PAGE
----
The National Employment Law Project (NELP) commends Congressman Robert “Bobby” Scott (D-VA), Senator Patty Murray (D-WA), and Senator Bernie Sanders (I-VT) for introducing the Raise the Wage Act of 2021. This bill would gradually raise the federal minimum wage to $15 an hour by 2025, eliminate the discriminatory subminimum wages for tipped workers, youth workers, and workers with disabilities, and index the minimum wage to average wage growth so that it can never stagnate again like it has over the past four decades.
Since fast-food workers in New York City first walked off the job in 2012, demanding a $15 minimum wage and the right to form a union, workers across the country have won billions of dollars in increases in minimum wages by coming together and organizing for change. These transformative campaigns have been led by Black and brown workers and supported by large majorities of all demographic groups in their communities—because workers and communities recognize that we are all dependent on each other, and that when the most underpaid workers get raises, it is good for everyone.
Meanwhile, corporate interest groups and their allies in government have continued to fight wage increases in Congress and in many states, even using the law to shut down local raises in cities where Black workers and other workers of color have led campaigns, like Birmingham, Alabama. In spite of the clearly negative impacts on Black and brown workers, there are still 20 states that have not raised their minimum wages beyond the paltry $7.25 federal minimum wage, and many more that have only marginally higher minimum wages than the federal floor. Congress should heed the demands of workers, communities of color, and their constituents and not waste any more time in passing the Raise the Wage Act.
“Raising the federal minimum wage to $15 an hour is a long overdue measure that will benefit millions of workers and all of our communities across the country,” said NELP Executive Director Rebecca Dixon. “It is long past time for Congress to listen to the Black and brown workers who have led the Fight for $15 and a union movement and pass the Raise the Wage Act of 2021.”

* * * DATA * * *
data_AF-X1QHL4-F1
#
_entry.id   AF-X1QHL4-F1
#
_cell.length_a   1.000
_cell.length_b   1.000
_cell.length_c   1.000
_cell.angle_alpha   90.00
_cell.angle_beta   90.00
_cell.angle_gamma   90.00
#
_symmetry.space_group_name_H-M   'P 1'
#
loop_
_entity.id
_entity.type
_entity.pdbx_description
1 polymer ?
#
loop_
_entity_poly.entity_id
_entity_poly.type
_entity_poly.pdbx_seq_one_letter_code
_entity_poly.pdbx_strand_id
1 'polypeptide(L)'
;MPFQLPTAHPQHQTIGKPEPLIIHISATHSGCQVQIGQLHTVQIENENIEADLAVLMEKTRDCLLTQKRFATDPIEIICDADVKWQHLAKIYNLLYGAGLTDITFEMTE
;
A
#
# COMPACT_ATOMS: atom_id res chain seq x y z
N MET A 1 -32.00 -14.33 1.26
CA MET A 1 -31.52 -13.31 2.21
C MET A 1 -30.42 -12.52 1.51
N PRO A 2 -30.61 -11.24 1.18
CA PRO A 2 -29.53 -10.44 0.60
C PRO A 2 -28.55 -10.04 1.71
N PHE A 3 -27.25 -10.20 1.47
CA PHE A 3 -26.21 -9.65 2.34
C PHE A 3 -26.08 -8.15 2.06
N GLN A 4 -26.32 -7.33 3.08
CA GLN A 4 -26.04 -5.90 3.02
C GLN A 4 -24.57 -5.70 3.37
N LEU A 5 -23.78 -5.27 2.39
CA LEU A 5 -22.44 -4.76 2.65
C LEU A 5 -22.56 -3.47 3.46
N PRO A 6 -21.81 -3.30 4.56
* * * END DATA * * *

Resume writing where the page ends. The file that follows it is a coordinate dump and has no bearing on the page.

Raising wages has never been more urgent than during this pandemic, as frontline workers in industries ranging from retail, to food service, to transportation, to healthcare, to custodial are underpaid and cannot make ends meet. Many of those who are struggling in this pandemic and recession crisis are workers of color on the COVID-19 frontlines, who are at greater risk of contracting the virus and more likely to suffer severe health impacts, including death, if they contract it. If Congress wants to do more than pay lip service to frontline workers, we must listen to their demands, including those for higher wages for all workers.
Moreover, raising the minimum wage and eliminating the subminimum wage for tipped workers is a critical racial and gender justice issue. Occupational segregation has shunted far too many workers of color, and women in particular, into underpaid jobs and those in tip-earning industries. Because workers of color are disproportionately in jobs that pay less than $15 an hour, the Raise the Wage Act of 2021 will help decrease racial and gender wealth gaps—with Black women workers benefitting the most from the raises.
“Congress should use this opportunity to finally pass a $15 minimum wage bill and to end once and for all the racist and ableist exclusions in this vital worker protection,” said Rebecca Dixon. “NELP is excited to fight for the Raise the Wage Act alongside workers, our partners, and community members across the country—and we look forward to pairing this urgent measure with further structural change to build worker power and dismantle structural racism.”
The time to pass this legislation is long overdue, and we call on all members of Congress to follow the will of their constituents and pass this bill as quickly as possible.
Read NELP’s fact sheet with the Economic Policy Institute on Why the U.S. Needs a $15 Minimum Wage.